State fiscal report predicts modest gains, requires continued frugality

Indiana Senator David Long's email header.

An e-mail update from Indiana Senator David Long:

State fiscal report predicts modest gains, requires continued frugality

(December 22, 2010) – An updated state revenue forecast released this month predicts modest revenue growth over the next two fiscal years as Indiana continues to emerge from the worst national recession in decades. The report comes amid one of the most challenging fiscal periods in state history. Total state revenues for the last fiscal year were about $1 billion less than budgeted.

State fiscal leaders, who will use the new revenue forecast to help set spending levels during next year’s budget-writing session of the Indiana General Assembly, welcomed the predicted improvement but warned that fiscal conditions still call for spending restraint.

By insisting on protecting reserves in the last budget and tightening our belts as revenues declined, Indiana has weathered the national fiscal storm much better than most states. While I’m pleased to see experts predicting modest growth in the coming years, lawmakers must continue to be realistic about state spending limits and work hard in the upcoming session to pass a balanced budget that doesn’t raise taxes on hard-working Hoosiers.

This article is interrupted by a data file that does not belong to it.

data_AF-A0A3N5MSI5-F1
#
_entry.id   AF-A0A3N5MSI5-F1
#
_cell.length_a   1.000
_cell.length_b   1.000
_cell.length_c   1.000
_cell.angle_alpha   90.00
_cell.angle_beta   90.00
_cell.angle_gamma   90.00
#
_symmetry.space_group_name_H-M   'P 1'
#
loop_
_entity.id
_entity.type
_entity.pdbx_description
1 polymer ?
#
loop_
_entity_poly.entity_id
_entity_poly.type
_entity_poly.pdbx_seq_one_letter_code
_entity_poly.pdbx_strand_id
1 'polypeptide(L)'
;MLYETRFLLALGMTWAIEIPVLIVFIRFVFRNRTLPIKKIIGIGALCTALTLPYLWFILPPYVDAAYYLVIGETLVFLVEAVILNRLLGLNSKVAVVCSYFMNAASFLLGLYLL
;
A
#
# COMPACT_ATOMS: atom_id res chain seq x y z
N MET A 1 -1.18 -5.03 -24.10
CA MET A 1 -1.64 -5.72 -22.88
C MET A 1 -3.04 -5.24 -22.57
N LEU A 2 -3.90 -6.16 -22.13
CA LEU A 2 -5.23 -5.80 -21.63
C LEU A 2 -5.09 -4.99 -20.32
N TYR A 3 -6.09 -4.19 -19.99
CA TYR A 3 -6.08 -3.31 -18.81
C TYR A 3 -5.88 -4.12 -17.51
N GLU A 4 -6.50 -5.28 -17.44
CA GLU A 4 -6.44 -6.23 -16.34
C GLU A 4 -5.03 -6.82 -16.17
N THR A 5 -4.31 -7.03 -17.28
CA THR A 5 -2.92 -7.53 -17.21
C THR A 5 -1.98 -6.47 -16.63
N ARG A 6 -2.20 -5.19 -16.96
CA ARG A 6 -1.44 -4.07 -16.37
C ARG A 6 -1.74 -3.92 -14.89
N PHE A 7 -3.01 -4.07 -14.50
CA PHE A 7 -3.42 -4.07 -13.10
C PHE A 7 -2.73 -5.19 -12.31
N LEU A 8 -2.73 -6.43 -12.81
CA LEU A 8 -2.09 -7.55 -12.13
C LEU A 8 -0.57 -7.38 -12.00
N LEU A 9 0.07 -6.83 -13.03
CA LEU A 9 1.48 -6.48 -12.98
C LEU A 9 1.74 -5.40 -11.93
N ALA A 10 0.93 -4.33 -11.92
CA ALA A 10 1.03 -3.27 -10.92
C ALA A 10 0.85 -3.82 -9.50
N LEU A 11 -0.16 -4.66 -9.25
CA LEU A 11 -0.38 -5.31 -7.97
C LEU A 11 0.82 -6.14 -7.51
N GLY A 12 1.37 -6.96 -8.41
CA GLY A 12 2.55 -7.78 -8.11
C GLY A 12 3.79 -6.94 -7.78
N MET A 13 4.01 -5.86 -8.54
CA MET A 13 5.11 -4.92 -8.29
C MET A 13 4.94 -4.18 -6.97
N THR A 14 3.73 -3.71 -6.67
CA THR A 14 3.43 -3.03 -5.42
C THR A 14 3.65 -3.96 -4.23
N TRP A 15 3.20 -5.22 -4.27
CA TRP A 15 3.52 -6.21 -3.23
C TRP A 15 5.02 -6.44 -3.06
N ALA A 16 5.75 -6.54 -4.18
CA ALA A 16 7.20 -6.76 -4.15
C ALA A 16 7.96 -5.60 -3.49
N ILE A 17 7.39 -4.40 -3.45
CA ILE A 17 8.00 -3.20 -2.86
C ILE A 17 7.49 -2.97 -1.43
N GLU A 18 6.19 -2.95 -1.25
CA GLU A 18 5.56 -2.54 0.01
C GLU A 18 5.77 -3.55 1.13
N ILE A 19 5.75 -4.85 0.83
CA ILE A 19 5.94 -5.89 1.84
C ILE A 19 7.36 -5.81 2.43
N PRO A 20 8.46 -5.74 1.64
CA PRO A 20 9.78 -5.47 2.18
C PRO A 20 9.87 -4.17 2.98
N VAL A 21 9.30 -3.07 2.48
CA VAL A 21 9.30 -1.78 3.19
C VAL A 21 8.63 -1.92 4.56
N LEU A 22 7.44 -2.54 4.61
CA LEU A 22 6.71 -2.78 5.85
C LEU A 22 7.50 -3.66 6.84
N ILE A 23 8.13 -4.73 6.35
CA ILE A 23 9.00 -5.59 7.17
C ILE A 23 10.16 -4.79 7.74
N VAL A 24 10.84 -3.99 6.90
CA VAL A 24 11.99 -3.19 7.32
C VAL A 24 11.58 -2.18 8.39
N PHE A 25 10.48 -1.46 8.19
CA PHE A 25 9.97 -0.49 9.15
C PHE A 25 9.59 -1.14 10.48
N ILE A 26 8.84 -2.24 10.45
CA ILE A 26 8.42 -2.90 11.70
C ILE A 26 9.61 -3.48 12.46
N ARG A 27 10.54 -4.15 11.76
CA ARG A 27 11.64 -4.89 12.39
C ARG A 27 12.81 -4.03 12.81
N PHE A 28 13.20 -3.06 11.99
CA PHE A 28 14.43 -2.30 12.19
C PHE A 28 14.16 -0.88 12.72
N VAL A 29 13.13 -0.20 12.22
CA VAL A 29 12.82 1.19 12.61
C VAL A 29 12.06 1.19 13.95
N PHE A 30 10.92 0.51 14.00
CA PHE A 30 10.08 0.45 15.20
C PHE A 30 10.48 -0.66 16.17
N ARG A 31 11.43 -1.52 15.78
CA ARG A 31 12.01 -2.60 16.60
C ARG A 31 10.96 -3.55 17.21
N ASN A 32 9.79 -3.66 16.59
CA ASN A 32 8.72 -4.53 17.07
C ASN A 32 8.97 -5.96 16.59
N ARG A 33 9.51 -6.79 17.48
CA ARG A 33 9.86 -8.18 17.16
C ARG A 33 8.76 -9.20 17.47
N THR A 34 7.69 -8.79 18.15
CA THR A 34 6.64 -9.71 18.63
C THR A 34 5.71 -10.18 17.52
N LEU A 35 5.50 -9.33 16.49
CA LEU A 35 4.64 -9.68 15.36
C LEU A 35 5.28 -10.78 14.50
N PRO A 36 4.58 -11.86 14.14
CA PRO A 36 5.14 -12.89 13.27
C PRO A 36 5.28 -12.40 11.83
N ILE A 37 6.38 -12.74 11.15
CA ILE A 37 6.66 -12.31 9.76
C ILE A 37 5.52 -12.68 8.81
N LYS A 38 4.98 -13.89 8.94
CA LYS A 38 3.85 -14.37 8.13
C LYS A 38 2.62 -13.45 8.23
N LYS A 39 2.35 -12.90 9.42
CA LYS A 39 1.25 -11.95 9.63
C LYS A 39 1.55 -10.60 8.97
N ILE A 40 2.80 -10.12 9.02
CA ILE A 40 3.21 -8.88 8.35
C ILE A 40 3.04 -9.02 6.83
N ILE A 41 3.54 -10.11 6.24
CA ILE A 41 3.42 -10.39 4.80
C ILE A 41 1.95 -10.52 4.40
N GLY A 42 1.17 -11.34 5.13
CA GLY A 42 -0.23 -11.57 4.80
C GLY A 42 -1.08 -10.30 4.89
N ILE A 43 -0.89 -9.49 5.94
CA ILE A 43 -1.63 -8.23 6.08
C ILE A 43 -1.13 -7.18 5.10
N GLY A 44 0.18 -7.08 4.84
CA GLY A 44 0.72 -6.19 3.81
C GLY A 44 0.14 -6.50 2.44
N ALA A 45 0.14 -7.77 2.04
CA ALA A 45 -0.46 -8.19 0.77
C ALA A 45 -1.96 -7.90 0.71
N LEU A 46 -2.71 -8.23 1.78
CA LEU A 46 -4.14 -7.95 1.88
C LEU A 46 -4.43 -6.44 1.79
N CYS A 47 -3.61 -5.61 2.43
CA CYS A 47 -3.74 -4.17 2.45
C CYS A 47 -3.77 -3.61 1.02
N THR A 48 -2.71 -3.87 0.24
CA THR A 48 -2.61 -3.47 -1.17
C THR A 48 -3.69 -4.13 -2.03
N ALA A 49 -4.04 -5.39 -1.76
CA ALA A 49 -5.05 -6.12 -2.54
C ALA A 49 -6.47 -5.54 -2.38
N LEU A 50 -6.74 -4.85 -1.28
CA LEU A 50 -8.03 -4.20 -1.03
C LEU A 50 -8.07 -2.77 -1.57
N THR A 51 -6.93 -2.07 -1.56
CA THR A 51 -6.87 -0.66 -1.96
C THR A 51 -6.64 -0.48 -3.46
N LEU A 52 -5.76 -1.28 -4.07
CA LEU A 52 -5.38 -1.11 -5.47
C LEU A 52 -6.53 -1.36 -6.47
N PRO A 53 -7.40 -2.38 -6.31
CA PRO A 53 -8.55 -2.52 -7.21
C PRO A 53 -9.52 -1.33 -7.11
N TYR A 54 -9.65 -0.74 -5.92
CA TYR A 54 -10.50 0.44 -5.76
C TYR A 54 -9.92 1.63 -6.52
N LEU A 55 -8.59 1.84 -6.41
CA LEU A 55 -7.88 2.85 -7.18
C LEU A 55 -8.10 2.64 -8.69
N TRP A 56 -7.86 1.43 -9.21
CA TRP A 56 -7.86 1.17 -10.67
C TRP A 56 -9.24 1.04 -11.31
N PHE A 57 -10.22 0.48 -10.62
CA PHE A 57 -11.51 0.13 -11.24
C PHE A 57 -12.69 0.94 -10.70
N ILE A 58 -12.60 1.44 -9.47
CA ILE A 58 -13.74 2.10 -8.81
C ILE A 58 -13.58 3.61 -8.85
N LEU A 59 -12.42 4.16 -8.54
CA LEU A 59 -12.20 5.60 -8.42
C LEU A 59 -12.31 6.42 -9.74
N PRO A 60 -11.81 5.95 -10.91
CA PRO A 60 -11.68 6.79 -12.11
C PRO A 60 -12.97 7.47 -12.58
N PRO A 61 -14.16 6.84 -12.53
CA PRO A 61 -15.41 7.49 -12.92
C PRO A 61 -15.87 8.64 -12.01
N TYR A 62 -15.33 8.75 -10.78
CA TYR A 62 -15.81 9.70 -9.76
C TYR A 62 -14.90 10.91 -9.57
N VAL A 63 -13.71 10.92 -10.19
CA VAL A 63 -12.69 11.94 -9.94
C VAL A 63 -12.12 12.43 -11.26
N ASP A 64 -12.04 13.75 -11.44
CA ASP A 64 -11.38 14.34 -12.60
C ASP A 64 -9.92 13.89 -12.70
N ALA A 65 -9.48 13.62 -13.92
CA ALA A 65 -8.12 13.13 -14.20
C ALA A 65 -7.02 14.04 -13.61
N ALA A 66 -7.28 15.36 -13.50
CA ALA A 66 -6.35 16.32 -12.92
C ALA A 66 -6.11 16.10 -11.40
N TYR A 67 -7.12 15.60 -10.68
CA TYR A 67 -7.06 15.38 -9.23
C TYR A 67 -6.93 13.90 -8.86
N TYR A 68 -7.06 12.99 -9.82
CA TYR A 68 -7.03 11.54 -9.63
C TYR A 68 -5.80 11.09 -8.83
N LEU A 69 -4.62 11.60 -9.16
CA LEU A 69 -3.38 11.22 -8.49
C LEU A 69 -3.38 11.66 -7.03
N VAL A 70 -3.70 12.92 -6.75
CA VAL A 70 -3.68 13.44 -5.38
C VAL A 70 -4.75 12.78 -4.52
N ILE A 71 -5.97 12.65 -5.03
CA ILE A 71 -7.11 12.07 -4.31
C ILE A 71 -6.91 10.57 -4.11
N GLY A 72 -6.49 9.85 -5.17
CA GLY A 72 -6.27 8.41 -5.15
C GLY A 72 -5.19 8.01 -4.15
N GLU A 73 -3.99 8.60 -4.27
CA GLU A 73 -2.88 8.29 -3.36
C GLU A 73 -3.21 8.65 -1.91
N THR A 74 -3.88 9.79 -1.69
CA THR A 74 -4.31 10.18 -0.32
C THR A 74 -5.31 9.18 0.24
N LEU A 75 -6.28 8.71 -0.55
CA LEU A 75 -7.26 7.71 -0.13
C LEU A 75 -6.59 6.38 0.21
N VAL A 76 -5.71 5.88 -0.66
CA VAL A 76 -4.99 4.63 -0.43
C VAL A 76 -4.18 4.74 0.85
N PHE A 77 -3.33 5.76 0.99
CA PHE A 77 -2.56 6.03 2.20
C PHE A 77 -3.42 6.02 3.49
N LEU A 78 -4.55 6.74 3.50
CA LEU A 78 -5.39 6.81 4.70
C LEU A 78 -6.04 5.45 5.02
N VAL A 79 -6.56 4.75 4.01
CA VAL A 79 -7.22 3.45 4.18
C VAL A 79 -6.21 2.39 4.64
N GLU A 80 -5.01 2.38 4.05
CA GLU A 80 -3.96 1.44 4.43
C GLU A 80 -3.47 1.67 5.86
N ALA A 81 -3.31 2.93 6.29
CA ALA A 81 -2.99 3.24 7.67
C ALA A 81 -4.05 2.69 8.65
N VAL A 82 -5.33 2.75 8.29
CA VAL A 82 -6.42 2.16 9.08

Analyzing a range of state and national economic indicators, forecasters predict revenues to improve by 3.5 percent in fiscal year 2012 and 4.1 percent in fiscal year 2013.

The new forecast follows three months of generally positive state revenue reports that show most of the state’s major revenue sources tracking with or exceeding previous revenues on a year-over-year basis.

Monthly revenue collections in November were $106 million above those for the same period last year. This included steady improvement in sales taxes and individual income taxes – the state’s two largest revenue sources.

Despite these improvements, lawmakers will be starting the budget-writing process with a $500-$700 million gap to fill. Forecasted revenues for fiscal year 2013, when adjusted for the effects of the 2008 property tax reforms, are below fiscal year 2008 revenues – a five-year step backward in revenue collections.

State Budget Committee members have been holding public meetings throughout November and December to hear budget requests from state agencies and universities. Formal work on the budget will begin Jan. 5 when the General Assembly convenes for the 2011 session. By law, lawmakers must finish legislative business by April 29.

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